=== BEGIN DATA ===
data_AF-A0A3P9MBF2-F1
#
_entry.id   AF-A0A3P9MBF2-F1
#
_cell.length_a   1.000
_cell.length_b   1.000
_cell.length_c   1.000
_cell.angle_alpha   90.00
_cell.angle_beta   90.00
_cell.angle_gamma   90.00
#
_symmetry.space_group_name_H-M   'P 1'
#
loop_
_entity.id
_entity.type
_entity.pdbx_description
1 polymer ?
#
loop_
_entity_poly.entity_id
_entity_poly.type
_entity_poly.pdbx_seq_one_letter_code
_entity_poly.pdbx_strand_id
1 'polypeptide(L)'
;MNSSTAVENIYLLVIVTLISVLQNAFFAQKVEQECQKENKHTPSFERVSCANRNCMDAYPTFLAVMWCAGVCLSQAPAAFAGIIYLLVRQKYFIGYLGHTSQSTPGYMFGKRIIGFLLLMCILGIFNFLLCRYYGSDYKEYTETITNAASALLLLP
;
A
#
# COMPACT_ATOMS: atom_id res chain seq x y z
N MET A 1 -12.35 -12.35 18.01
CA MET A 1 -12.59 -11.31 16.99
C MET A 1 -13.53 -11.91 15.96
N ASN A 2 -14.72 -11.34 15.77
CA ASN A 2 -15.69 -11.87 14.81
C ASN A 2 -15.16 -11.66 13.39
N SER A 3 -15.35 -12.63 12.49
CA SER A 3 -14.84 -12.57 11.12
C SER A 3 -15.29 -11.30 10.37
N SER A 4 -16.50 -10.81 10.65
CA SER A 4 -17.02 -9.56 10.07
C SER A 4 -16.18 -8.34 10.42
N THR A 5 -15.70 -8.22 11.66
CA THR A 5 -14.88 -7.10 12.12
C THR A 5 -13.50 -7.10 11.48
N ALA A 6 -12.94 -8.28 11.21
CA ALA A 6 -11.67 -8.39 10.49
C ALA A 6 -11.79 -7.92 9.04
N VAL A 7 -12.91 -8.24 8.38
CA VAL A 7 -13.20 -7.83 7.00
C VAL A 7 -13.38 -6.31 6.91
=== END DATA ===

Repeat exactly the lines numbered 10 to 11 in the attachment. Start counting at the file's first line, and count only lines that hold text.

_cell.angle_gamma   90.00
#